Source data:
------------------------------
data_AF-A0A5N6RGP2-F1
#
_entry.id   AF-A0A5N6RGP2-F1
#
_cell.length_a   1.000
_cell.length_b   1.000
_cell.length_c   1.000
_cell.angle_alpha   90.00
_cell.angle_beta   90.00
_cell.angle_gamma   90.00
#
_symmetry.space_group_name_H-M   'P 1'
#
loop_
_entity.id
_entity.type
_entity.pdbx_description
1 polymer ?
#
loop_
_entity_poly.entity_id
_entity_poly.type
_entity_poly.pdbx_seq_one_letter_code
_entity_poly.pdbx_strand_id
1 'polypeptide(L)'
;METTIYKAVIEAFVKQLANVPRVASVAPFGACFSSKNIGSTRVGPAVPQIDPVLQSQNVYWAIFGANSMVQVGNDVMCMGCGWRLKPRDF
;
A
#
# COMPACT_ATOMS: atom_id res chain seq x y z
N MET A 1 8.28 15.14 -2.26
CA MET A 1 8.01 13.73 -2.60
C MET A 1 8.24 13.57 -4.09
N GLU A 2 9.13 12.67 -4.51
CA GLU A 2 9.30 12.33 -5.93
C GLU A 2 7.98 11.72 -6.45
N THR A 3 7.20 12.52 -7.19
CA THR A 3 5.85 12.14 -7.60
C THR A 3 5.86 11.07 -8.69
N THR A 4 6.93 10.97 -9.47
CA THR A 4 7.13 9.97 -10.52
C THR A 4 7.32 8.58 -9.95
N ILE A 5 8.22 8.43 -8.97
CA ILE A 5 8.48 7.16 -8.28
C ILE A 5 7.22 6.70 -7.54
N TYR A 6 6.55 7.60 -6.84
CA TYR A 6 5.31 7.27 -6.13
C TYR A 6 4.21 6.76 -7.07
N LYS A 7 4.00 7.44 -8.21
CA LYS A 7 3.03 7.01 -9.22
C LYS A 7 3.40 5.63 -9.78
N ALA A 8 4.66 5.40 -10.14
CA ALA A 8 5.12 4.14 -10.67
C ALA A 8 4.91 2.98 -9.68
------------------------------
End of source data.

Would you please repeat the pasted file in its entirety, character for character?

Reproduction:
data_AF-A0A5N6RGP2-F1
#
_entry.id   AF-A0A5N6RGP2-F1
#
_cell.length_a   1.000
_cell.length_b   1.000
_cell.length_c   1.000
_cell.angle_alpha   90.00
_cell.angle_beta   90.00
_cell.angle_gamma   90.00
#
_symmetry.space_group_name_H-M   'P 1'
#
loop_
_entity.id
_entity.type
_entity.pdbx_description
1 polymer ?
#
loop_
_entity_poly.entity_id
_entity_poly.type
_entity_poly.pdbx_seq_one_letter_code
_entity_poly.pdbx_strand_id
1 'polypeptide(L)'
;METTIYKAVIEAFVKQLANVPRVASVAPFGACFSSKNIGSTRVGPAVPQIDPVLQSQNVYWAIFGANSMVQVGNDVMCMGCGWRLKPRDF
;
A
#
# COMPACT_ATOMS: atom_id res chain seq x y z
N MET A 1 8.28 15.14 -2.26
CA MET A 1 8.01 13.73 -2.60
C MET A 1 8.24 13.57 -4.09
N GLU A 2 9.13 12.67 -4.51
CA GLU A 2 9.30 12.33 -5.93
C GLU A 2 7.98 11.72 -6.45
N THR A 3 7.20 12.52 -7.19
CA THR A 3 5.85 12.14 -7.60
C THR A 3 5.86 11.07 -8.69
N THR A 4 6.93 10.97 -9.47
CA THR A 4 7.13 9.97 -10.52
C THR A 4 7.32 8.58 -9.95
N ILE A 5 8.22 8.43 -8.97
CA ILE A 5 8.48 7.16 -8.28
C ILE A 5 7.22 6.70 -7.54
N TYR A 6 6.55 7.60 -6.84
CA TYR A 6 5.31 7.27 -6.13
C TYR A 6 4.21 6.76 -7.07
N LYS A 7 4.00 7.44 -8.21
CA LYS A 7 3.03 7.01 -9.22
C LYS A 7 3.40 5.63 -9.78
N ALA A 8 4.66 5.40 -10.14
CA ALA A 8 5.12 4.14 -10.67
C ALA A 8 4.91 2.98 -9.68